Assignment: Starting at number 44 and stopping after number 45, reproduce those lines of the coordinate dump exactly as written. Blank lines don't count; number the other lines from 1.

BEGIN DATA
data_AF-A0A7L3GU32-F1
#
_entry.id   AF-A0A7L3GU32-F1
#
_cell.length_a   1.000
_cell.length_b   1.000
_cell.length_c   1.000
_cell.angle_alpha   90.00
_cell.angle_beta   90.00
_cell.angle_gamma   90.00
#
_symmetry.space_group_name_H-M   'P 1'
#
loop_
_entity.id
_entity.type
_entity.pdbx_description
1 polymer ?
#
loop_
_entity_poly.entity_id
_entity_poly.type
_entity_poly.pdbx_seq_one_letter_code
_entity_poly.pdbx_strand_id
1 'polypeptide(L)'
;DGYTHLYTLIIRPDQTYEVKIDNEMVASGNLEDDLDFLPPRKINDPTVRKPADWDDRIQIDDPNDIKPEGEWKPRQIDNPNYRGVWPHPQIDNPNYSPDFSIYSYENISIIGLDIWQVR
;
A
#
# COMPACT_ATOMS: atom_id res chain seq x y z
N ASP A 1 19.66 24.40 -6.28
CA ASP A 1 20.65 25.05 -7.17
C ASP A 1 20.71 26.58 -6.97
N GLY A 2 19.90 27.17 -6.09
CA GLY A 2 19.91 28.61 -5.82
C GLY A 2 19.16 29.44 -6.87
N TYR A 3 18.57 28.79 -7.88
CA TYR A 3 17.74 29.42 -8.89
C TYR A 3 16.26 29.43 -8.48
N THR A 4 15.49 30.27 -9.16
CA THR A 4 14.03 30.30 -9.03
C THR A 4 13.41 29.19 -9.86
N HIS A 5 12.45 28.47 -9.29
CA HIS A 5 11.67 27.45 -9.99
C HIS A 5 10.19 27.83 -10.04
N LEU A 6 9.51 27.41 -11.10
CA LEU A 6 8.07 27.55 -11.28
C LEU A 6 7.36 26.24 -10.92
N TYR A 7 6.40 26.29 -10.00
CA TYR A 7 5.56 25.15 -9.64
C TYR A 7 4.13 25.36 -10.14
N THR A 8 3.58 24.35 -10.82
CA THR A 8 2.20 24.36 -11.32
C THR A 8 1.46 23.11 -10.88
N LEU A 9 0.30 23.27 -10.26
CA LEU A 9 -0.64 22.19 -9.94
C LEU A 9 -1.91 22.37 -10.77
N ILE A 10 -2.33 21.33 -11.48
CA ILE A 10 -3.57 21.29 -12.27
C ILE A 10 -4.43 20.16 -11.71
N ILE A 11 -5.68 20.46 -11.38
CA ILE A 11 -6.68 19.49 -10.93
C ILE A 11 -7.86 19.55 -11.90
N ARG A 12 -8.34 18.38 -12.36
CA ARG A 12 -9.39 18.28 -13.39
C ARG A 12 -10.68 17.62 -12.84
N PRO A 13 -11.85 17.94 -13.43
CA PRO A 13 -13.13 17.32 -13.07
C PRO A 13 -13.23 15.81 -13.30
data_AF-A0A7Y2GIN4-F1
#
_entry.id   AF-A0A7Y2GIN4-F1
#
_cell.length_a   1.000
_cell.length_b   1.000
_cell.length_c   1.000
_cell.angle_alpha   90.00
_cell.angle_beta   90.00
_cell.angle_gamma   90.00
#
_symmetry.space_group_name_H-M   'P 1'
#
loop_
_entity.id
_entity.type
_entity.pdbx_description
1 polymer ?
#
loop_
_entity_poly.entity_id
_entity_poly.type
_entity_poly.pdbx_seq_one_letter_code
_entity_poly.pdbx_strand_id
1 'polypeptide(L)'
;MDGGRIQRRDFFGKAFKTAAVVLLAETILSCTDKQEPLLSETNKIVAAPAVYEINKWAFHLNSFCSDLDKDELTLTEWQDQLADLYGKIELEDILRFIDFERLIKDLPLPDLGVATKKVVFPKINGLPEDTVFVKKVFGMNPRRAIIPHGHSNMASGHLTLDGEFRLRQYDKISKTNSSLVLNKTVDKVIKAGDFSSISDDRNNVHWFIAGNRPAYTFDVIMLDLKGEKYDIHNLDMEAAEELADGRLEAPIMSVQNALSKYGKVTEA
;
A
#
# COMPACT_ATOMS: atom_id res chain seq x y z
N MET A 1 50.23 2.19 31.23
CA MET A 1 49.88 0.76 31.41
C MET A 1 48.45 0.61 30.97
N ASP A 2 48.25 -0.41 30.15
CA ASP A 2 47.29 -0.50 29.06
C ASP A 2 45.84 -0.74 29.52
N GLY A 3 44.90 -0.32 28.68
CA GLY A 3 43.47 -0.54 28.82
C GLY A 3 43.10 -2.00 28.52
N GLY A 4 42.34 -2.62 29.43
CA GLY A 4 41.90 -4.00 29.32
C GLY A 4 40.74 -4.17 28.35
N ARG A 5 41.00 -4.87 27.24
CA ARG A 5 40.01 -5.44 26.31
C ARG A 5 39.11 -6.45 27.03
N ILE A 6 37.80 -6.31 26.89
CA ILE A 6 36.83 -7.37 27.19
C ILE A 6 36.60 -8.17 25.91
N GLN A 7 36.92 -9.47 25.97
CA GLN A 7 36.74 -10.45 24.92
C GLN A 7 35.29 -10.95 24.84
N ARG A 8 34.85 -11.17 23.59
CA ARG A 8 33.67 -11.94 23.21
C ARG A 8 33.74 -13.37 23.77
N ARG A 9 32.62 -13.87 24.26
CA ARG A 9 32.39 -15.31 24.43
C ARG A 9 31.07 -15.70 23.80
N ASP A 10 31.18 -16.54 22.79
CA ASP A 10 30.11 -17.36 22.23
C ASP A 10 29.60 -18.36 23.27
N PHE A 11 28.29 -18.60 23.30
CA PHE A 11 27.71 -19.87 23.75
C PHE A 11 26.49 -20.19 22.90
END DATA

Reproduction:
CA HIS A 5 11.67 27.45 -9.99
C HIS A 5 10.19 27.83 -10.04